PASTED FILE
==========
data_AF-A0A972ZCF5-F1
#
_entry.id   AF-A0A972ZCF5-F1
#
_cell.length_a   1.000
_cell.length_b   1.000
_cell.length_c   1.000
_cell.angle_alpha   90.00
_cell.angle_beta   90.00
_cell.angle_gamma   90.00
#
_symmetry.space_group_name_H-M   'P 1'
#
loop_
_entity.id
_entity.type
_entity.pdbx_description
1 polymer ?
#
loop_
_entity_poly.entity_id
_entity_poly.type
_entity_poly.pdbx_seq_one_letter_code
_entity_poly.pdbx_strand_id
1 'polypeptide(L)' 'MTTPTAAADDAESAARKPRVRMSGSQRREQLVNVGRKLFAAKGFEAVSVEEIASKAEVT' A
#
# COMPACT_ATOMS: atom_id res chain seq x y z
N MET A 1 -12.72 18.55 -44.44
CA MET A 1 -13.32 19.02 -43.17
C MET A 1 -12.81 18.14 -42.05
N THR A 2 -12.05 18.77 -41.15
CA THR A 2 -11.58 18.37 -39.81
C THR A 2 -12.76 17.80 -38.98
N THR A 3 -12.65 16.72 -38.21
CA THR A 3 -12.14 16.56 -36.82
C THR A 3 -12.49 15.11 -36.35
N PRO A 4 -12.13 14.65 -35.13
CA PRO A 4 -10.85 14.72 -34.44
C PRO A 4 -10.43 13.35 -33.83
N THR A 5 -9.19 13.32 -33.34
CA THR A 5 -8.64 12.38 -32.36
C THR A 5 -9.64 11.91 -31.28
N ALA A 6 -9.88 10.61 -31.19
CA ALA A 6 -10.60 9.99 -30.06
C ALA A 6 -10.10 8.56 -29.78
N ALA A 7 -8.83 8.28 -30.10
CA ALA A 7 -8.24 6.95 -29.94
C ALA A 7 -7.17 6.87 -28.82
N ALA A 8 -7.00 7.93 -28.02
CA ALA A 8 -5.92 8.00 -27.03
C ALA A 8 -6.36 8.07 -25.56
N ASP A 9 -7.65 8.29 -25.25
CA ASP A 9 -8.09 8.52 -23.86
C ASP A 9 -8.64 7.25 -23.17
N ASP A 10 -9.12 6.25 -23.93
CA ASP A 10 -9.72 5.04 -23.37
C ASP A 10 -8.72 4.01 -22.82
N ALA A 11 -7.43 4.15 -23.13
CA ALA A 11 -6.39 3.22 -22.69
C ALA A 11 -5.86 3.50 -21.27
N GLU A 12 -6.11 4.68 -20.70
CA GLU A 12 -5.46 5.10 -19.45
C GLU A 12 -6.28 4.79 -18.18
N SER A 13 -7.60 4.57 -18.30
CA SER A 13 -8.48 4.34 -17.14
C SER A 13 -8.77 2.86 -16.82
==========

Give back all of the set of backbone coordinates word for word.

data_AF-A0A972ZCF5-F1
#
_entry.id   AF-A0A972ZCF5-F1
#
_cell.length_a   1.000
_cell.length_b   1.000
_cell.length_c   1.000
_cell.angle_alpha   90.00
_cell.angle_beta   90.00
_cell.angle_gamma   90.00
#
_symmetry.space_group_name_H-M   'P 1'
#
loop_
_entity.id
_entity.type
_entity.pdbx_description
1 polymer ?
#
loop_
_entity_poly.entity_id
_entity_poly.type
_entity_poly.pdbx_seq_one_letter_code
_entity_poly.pdbx_strand_id
1 'polypeptide(L)' 'MTTPTAAADDAESAARKPRVRMSGSQRREQLVNVGRKLFAAKGFEAVSVEEIASKAEVT' A
#
# COMPACT_ATOMS: atom_id res chain seq x y z
N MET A 1 -12.72 18.55 -44.44
CA MET A 1 -13.32 19.02 -43.17
C MET A 1 -12.81 18.14 -42.05
N THR A 2 -12.05 18.77 -41.15
CA THR A 2 -11.58 18.37 -39.81
C THR A 2 -12.76 17.80 -38.98
N THR A 3 -12.65 16.72 -38.21
CA THR A 3 -12.14 16.56 -36.82
C THR A 3 -12.49 15.11 -36.35
N PRO A 4 -12.13 14.65 -35.13
CA PRO A 4 -10.85 14.72 -34.44
C PRO A 4 -10.43 13.35 -33.83
N THR A 5 -9.19 13.32 -33.34
CA THR A 5 -8.64 12.38 -32.36
C THR A 5 -9.64 11.91 -31.28
N ALA A 6 -9.88 10.61 -31.19
CA ALA A 6 -10.60 9.99 -30.06
C ALA A 6 -10.10 8.56 -29.78
N ALA A 7 -8.83 8.28 -30.10
CA ALA A 7 -8.24 6.95 -29.94
C ALA A 7 -7.17 6.87 -28.82
N ALA A 8 -7.00 7.93 -28.02
CA ALA A 8 -5.92 8.00 -27.03
C ALA A 8 -6.36 8.07 -25.56
N ASP A 9 -7.65 8.29 -25.25
CA ASP A 9 -8.09 8.52 -23.86
C ASP A 9 -8.64 7.25 -23.17
N ASP A 10 -9.12 6.25 -23.93
CA ASP A 10 -9.72 5.04 -23.37
C ASP A 10 -8.72 4.01 -22.82
N ALA A 11 -7.43 4.15 -23.13
CA ALA A 11 -6.39 3.22 -22.69
C ALA A 11 -5.86 3.50 -21.27
N GLU A 12 -6.11 4.68 -20.70
CA GLU A 12 -5.46 5.10 -19.45
C GLU A 12 -6.28 4.79 -18.18
N SER A 13 -7.60 4.57 -18.30
CA SER A 13 -8.48 4.34 -17.14
C SER A 13 -8.77 2.86 -16.82